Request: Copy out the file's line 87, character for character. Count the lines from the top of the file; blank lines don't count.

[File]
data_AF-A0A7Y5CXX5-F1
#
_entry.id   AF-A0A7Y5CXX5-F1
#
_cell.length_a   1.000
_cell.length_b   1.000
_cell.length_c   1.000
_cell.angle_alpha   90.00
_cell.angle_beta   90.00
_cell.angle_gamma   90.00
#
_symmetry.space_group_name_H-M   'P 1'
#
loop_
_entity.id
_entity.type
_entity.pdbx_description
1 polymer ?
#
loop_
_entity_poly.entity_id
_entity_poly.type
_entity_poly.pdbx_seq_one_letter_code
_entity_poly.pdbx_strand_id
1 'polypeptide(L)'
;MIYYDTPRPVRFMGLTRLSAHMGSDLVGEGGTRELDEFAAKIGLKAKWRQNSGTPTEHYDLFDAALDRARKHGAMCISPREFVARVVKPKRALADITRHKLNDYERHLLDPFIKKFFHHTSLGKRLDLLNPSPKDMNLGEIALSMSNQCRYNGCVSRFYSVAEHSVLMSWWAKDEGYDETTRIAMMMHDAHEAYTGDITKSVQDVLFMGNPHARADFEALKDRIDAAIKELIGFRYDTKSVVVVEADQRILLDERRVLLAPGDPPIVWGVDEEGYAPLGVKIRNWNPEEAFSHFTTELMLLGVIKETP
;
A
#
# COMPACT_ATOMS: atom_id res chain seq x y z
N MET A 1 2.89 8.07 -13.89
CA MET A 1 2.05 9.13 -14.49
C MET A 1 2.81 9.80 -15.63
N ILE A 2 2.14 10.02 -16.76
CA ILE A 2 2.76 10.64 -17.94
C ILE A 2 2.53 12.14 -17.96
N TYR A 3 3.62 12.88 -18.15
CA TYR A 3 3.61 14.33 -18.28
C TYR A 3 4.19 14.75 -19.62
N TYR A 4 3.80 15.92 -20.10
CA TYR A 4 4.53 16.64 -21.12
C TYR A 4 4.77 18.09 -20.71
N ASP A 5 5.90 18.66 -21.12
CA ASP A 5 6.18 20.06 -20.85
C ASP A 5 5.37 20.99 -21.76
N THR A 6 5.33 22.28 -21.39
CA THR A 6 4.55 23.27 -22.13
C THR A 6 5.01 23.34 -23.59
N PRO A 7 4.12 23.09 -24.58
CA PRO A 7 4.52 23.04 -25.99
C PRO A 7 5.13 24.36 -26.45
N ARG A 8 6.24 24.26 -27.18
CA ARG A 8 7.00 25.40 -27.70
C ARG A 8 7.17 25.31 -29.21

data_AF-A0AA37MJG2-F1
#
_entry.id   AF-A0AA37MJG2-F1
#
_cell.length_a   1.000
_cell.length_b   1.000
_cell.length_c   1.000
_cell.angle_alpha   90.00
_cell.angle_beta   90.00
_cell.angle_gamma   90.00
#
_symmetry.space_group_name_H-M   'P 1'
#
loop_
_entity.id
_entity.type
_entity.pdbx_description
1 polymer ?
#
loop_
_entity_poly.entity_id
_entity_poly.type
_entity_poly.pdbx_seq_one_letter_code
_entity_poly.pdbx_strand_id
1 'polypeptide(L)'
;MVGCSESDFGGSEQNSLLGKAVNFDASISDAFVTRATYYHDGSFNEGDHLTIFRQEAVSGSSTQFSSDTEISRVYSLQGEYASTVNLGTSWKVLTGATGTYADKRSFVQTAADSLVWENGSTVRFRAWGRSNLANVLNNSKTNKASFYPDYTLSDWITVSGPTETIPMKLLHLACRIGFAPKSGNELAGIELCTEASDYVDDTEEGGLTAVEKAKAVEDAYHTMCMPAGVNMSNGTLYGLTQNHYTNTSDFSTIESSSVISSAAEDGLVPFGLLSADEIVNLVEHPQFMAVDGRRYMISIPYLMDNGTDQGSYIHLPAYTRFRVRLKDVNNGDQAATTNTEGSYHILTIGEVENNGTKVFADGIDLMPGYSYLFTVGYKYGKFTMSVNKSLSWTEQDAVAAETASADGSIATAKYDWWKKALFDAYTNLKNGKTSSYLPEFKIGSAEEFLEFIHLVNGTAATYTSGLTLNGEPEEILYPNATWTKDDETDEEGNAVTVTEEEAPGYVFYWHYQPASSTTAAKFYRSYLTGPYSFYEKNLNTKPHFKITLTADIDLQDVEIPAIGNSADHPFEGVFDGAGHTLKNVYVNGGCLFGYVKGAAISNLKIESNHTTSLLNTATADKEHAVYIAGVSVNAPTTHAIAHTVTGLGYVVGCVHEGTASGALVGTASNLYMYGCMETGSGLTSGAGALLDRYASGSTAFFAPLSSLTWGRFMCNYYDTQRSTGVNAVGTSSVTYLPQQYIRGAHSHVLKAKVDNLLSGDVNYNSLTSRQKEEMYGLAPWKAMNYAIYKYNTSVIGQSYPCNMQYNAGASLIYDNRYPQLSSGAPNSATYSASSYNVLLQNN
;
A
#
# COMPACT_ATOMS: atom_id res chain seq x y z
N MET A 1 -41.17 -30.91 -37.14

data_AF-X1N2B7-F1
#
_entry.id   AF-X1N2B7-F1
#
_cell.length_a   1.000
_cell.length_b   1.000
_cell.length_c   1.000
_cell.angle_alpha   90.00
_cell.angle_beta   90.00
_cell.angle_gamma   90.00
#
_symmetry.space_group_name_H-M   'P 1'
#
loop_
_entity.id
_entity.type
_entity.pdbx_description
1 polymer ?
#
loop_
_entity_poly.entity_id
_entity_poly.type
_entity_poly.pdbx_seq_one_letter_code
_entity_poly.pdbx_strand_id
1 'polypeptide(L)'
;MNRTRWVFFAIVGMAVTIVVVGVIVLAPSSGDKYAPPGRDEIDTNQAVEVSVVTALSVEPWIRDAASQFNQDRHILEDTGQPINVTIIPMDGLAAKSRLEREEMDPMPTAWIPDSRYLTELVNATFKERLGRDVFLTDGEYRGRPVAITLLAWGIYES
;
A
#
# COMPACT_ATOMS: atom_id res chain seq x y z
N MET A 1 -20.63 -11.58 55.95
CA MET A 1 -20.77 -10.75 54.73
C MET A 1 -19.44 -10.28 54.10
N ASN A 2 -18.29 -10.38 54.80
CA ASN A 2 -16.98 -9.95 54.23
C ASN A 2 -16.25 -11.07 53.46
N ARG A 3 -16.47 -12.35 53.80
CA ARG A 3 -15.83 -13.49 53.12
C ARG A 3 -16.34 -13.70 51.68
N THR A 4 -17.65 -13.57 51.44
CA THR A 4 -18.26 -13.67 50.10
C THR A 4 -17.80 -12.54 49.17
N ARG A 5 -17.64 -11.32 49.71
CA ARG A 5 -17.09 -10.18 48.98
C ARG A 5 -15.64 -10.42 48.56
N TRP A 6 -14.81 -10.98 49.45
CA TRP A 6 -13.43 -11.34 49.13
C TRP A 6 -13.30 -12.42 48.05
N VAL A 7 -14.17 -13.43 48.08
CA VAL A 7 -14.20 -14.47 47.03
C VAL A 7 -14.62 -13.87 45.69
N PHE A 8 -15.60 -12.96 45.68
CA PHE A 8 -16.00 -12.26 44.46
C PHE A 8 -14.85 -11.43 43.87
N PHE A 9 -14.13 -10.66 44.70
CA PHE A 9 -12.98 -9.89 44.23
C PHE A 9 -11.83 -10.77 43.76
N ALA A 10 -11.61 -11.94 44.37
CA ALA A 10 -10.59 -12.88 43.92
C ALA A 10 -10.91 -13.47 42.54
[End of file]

#